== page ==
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Should you care how high your Klout score is?

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Klout, the San Francisco-based startup that is trying to build a Page Rank of online influence, has been taking a lot of fire from critics after making some changes to the way it calculates that influence — an algorithm update that resulted in lower Klout scores for many users. This led to howls of outrage on the company’s blog, as well as a number of posts arguing that Klout scores are effectively meaningless, since no one really knows how the score is calculated. While these criticisms may be well-founded, however, there is no question that measuring online influence is a huge potential market, and Klout is far from the only one doing it; Google(s goog), Twitter and Facebook clearly have their eyes on that prize as well.

In the official Klout blog post about the changes, CEO Joe Fernandez — who started the company in 2007 in New York, while he was bed-ridden after an operation on his jaw — said the service is always tweaking its algorithms to try to make them reflect actual online influence better, and that this latest change was designed to improve the “stability and accuracy of our scores.” He said the update was also aimed at making Klout’s sub-scores, which measure factors such as “reach” and “amplification,” more clear and easier to understand. For many of those commenting on the post, however, all that mattered was that their scores had dropped — in some cases by a lot.

Klout scores are being used by employers for hiring

One of the most popular comments said that Klout was used by some companies for job searches, as well as employee performance reviews and other similar purposes, and that the company’s changes could affect people’s livelihood:

By changing the entire scoring system for the basic Klout score, you have damaged many people’s employment viability and impacted their earning potential – particularly in the nascent field of Social Media roles.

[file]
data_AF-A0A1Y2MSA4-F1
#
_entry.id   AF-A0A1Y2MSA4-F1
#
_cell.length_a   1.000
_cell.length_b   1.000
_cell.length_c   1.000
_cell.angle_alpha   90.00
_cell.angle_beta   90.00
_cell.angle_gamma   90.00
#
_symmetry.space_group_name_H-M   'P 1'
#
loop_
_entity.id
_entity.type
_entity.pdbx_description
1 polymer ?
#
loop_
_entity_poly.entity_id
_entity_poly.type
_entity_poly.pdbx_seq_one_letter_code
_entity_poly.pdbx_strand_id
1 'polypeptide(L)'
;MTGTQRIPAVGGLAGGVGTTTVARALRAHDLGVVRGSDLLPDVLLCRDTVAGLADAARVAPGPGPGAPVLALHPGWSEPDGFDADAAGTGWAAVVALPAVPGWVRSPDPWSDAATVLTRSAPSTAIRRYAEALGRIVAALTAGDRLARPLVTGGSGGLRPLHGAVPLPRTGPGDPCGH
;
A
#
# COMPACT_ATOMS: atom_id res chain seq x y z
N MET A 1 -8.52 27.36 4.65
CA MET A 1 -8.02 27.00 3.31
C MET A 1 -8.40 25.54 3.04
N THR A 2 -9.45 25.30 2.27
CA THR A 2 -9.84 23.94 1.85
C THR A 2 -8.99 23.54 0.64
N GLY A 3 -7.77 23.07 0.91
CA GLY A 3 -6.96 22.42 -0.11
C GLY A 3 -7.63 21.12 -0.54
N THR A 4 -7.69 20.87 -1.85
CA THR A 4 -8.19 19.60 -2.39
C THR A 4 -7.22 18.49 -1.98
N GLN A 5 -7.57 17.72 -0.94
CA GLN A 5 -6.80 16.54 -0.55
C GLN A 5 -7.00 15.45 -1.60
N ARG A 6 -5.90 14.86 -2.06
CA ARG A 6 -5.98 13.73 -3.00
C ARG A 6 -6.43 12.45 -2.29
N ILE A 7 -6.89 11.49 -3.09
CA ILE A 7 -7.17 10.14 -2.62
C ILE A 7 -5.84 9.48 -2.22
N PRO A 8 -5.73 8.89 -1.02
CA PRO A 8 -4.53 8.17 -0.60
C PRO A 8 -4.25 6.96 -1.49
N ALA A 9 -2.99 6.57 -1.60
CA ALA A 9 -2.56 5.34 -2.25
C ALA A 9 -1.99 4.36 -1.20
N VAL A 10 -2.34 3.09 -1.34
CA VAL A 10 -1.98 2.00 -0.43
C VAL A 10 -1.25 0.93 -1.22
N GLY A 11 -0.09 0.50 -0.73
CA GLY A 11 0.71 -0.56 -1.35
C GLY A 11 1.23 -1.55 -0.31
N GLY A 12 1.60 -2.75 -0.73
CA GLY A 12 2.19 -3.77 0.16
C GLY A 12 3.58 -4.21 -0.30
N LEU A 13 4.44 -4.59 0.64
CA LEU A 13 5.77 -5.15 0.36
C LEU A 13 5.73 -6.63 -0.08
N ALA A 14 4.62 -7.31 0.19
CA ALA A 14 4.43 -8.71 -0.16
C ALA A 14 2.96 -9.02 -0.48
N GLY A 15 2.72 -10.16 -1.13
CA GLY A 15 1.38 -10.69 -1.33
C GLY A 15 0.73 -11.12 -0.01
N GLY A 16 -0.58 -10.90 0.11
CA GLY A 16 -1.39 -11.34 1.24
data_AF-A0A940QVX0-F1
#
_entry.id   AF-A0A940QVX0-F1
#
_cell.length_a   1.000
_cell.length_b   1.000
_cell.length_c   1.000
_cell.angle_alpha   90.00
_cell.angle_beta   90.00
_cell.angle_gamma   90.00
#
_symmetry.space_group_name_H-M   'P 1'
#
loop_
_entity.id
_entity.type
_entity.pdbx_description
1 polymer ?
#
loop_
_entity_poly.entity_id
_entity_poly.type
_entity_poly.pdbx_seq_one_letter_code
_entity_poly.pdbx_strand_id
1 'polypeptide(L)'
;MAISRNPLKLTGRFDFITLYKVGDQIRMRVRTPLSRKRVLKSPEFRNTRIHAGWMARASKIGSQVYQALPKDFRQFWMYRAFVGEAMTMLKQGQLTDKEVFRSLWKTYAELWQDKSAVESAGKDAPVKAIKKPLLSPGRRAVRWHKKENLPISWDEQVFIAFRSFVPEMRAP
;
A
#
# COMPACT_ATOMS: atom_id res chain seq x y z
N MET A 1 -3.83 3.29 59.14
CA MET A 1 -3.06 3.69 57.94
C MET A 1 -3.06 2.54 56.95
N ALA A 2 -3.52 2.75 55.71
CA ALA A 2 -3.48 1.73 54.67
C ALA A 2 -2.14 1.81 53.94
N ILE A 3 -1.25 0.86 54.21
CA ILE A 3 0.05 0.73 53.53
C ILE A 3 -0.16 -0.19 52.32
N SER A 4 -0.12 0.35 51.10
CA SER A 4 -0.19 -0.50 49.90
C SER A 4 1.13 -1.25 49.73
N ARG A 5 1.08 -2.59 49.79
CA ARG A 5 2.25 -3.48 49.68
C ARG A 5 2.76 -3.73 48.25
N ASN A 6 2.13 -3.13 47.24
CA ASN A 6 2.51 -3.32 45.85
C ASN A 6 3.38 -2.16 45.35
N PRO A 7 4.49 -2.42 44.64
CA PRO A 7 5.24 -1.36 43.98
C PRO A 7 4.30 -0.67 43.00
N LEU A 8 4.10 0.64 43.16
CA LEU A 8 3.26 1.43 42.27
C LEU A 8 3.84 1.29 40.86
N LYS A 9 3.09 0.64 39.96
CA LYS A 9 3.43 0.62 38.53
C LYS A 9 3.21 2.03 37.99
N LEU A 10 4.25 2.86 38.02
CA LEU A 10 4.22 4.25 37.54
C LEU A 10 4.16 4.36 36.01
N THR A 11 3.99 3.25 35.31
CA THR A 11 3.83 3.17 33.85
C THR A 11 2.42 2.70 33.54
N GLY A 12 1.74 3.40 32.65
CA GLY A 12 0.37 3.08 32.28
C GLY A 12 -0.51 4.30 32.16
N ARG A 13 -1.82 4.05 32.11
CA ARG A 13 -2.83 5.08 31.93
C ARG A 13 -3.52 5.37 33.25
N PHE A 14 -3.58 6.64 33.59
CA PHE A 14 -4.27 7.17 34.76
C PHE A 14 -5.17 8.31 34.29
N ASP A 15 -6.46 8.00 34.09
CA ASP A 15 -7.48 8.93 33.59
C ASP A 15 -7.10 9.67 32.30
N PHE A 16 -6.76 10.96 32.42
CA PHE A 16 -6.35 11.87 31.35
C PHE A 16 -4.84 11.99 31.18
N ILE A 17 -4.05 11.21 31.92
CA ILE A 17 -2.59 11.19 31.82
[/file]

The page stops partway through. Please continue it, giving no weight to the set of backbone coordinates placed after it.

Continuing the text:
That wasn’t the only negative response — just one of the more coherent. On Wednesday evening, Twitter was filled with angry posts about the changes as well, along with sarcastic messages from some about how their pets had higher Klout scores than their employers (at one point a hashtag called #OccupyKlout even started up, and retweeted some of the most critical posts). Klout CEO Fernandez, who was at a conference in Ireland, responded to many of the criticisms by saying the update was necessary, and that most of the scores for people in the company — including him — also declined as a result of the update. Later in the evening, he added:

Others, however, seemed to agree with a post at TechCrunch, which argued that “nobody gives a damn about your Klout score” and compared it to a horoscope. Many pointed out that it’s impossible to tell what the scores are based on because Klout keeps its algorithms secret — which the company says it does for competitive reasons, since other services like PeerIndex and Kred are trying to do something similar (Fernandez said that Klout’s data set is “orders of magnitude larger” than any of his competitors). And some critics argued that the only people who care are self-appointed “social-media mavens” who make their living by trying to convince people that Twitter matters.

Klout is “an indispensable part of the ecosystem,” Twitter says

While it may be true that those affected by Klout scores are primarily social-media consultants, there’s no question that the goal of measuring influence online is one that some major players also have their sights on. Ryan Sarver, the head of platform for Twitter, spent part of Wednesday night arguing with a number of people about the value of what Klout is doing, and said that “regardless of how you feel about Klout, it has become an indispensable part of the ecosystem,” and that “online reputation is going to be enormous.”

Twitter is definitely interested in this area; founder and former CEO Evan Williams has said that the network has its own internal “reputation rank” system, although it has not revealed anything about it so far or made it available to partners. If Klout can base its rankings on Twitter activity (it also looks at Facebook, Google+ and a number of other networks), there’s no question that Twitter itself could do the same fairly easily. And Google is aiming at a similar goal with its Google+ network, which it plans to incorporate into everything the company touches; the way users add +1 to search results and other behavior seems clearly designed to come up with a social-search ranking system.

The days when people get compensated based on their Klout score or some other ranking of social activity — as Salesforce CEO (s crm) Marc Benioff discussed at a GigaOM conference last year — may be far off, but there is a multibillion-dollar advertising and marketing machine that is trying to figure out how to measure online influence, and Klout is a major player in that race. Whether it can become the default measurement platform remains to be seen, but this isn’t a race that is going to end any time soon. In the meantime, embedded below is an amusing video that Xtranormal did in which someone tries to describe why they want a higher Klout score: